We can start with intellectual property. There are two aspects to this idea a) respect and b) money. To acknowledge an author was historically to show respect. This idea came from X. There are complexities in this such as the assertion of lineage and authority. ‘Confucius , he say…’ is an appeal to authority just as ‘it is said in the Bible’. In the world of poetry and the arts acknowledgement is a deep form of respect. I know what it takes to produce Z on which I am building. At the same time there have always been those who conceal sources. This can get complicated. I might conceal a source because it might tend to discredit an idea. To say ‘Hitler said …’ is a trope to imply you must condemn whatever comes next, though it is impossible for anyone to say nothing but nonsense.
In this digital world, it is always possible to loose quotation marks, to make notes and loose references. Some ideas float in the ether and one is surprised to ever learn there was a specific origin to one.
One can on the other hand have a cavalier attitude to IP. This is closer to disrespect than theft. In not giving a correct or any reference to an idea one is claiming knowledge about but not seeking reward.
Journalism and rapportage have different standards to that of the creative arts. In music we can call it doing a ‘cover’, but for folk songs this is incoherent! The first version may be beautiful but later there is an amendment which everyone may prefer so the amended version becomes the canonical version.
I particularly like the saying attributed to Picasso: ‘good artist borrow, great artist steal’, meaning that a great artist makes it part of himself, and appropriates it while the good artist merely leaves it as an external foreign item. All things are partial, as even great artist do works that are ‘homage’ to their predecessors.
This hurts me. I like to keep a distance between personal and political. By having a respect for the political, one can work with persons we dislike. It is always good not to let personal feelings overwhelm one’s political judgment. In what I say now, the political is important but it does not make sense without the context.
I know I am not the first to suggest that Skip Gates has a cavalier attitude to IP. I have read some of his early colleagues make similar comments.
While at Clare, Skip (as Henry Louis Gates jnr was then known) told me he had jointly written a paper on the Harlem Renaissance with his then girl-friend. After they broke up, he said she gave him permission to use the paper as he wished. He gave a talk on this paper at a class on my lecture course on Black Studies in London with no mention of anyone’s else’s contribution. After the class, he was subsequently invited to give the same paper at Oxford University (much to his then surprise). I was surprised and unhappy that he found no way to mention the contribution of his then girl-friend, such as the familiar ‘this work is based on an early study developed with ….’. I don’t know who contributed most to the study but apparently she gave him permission so that aspect is settled.
At a tutorial at Cambridge, his tutor asked him if there were any interesting Black ideas about literature. Skip then gave a detailed account of some ideas I had been developing and using in my teaching. To his surprise, his tutor thought the ideas were really interesting. Skip rushed back after the tutorial to tell me excitedly that the tutor found the ideas really interesting. Of course, from my side, I noticed he did not give any attribution to me. He seemed unaware of the issue.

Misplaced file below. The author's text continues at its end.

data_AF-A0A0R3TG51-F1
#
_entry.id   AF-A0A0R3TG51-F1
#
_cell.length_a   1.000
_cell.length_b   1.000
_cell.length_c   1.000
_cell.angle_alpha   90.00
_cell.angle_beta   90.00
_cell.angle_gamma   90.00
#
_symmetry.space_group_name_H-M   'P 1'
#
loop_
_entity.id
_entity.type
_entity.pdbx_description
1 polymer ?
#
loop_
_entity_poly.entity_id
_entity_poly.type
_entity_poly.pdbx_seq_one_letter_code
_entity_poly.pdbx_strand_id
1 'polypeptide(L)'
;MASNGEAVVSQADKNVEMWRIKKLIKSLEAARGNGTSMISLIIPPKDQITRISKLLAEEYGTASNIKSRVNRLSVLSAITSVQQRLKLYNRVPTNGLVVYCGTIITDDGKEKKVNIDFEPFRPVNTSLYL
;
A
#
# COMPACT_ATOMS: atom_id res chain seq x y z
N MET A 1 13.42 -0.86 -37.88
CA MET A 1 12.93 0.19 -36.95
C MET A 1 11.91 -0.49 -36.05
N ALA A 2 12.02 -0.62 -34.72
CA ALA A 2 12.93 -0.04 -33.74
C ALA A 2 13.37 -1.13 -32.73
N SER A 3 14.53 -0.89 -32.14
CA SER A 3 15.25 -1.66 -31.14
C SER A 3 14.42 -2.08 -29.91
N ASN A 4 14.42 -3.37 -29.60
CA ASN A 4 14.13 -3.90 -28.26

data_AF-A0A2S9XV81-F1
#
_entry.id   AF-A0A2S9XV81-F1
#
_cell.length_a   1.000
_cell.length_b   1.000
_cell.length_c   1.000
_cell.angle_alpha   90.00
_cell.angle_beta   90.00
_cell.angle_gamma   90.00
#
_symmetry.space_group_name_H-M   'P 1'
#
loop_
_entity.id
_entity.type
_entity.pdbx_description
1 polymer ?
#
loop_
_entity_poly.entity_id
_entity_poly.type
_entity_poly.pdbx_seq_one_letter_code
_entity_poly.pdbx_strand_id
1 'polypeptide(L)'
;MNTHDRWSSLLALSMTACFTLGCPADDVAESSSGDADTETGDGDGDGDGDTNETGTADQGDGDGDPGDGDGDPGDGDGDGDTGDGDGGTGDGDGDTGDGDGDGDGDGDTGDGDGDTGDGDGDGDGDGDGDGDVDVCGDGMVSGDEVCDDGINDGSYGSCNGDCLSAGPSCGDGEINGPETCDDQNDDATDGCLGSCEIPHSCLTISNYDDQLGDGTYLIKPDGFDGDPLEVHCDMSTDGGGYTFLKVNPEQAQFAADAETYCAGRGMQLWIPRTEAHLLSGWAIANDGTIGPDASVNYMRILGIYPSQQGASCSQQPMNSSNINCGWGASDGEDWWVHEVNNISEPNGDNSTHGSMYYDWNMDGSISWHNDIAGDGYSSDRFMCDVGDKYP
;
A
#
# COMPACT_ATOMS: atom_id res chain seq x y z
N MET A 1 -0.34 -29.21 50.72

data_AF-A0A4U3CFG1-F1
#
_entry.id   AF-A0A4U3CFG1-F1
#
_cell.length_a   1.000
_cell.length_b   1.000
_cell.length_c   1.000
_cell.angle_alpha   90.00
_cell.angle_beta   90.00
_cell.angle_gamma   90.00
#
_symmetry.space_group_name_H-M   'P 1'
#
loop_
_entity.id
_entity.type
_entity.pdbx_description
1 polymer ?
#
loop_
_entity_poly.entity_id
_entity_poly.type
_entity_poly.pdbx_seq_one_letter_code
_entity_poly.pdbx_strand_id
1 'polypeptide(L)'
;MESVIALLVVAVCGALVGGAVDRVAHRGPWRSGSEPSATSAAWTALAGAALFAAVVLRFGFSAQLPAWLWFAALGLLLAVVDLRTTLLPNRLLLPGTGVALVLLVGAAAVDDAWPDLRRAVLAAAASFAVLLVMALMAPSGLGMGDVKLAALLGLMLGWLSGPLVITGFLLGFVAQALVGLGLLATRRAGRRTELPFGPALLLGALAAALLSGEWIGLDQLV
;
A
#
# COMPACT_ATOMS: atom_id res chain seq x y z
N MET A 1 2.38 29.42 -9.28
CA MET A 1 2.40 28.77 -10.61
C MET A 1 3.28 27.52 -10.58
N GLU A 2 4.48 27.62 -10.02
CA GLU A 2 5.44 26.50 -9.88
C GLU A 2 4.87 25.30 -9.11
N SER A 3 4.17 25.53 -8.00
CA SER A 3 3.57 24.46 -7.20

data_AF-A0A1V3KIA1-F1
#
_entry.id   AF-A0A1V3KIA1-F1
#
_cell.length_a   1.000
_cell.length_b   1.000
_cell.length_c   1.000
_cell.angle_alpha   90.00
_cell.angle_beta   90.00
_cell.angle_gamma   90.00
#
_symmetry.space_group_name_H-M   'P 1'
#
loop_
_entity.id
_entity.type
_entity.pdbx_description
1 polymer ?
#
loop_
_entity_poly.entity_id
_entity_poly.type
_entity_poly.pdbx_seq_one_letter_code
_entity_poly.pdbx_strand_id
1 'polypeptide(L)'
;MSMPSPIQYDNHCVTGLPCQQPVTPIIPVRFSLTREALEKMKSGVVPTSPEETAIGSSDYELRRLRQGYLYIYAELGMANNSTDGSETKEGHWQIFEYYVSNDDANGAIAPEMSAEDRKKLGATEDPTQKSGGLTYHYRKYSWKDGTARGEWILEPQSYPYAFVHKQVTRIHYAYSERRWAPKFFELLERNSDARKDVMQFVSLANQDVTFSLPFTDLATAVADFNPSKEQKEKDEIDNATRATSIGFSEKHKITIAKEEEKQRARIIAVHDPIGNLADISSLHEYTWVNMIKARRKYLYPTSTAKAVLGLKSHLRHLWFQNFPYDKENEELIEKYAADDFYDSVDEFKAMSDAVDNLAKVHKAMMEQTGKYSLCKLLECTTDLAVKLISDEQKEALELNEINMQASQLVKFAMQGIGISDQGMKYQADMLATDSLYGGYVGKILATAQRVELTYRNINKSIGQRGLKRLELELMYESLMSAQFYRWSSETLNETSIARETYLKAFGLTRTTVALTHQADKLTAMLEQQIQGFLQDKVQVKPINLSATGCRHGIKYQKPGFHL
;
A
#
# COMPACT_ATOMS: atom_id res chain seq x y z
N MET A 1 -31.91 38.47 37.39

I think this lack of respect is connected to another aspect of Skip Gates behaviour. Prof Robin Chandler told me that she had a book approved for publication. She then made some criticisms of Skip Gates and later learnt that her book would not be published after all. This is the playground bully. When Robin Chandler visited the UK we met with several professors at SOAS. One of them told us that the celebrations for the 100th anniversary of Paul Robeson’s birth were blocked by Skip Gates. His reason: Paul Robeson had been a communist. Where would that leave Arthur Miller and Dos Passos? If this is true (and I welcome any rebuttal) then Skip is unfit to be called a champion of African-American culture.
This reminds me of a popular African American saying ‘Negroes know that whites prefer institutionalized Blacks, i.e. Blacks who give their allegiance to white cultural, political, social and economic institutions’ and a quote from John O’Neal: ‘Racism systematically verifies itself when the slave can only break free by imitating the master: by contradicting his own reality’ 1
There is a lecture by Prof Christopher Ehret where Skip asks definitely planted questions. This almost throws Ehret, not for the question itself, but because it was a question with negative assumptions usually made by white scholars, not made by Black scholars. It seemed obvious to me that Skip was not familiar with the technical details of this particular debate and had been simply given the question to ask by a colleague who knew it would come as a surprise to come from Skip. Nels Abbey has identified this practice as ‘racism laundering’.2
This takes me to the crux of my point. Last year Skip Gates and Anthony Appiah received honorary doctorates from Cambridge University. Good for them! Skip encouraged the production of a pamphlet ‘Blacks at Clare’. I was at Clare a few days after his ceremony for my class’s 50th reunion. I was given a draft of the pamphlet for review: and was told my comments were welcome: I wrote on 5 July 2022 to the historian drafting the pamphlet:
‘Being Black at Clare is not a description of life if it assumes that one could live exclusively within Clare. What I mean is that next door was Kings College where Dr Patrick Cole was a History Fellow and Professor Boyo was a visiting Fellow , both Nigerian. Having African fellows at Kings impacted on one’s life and perceptions.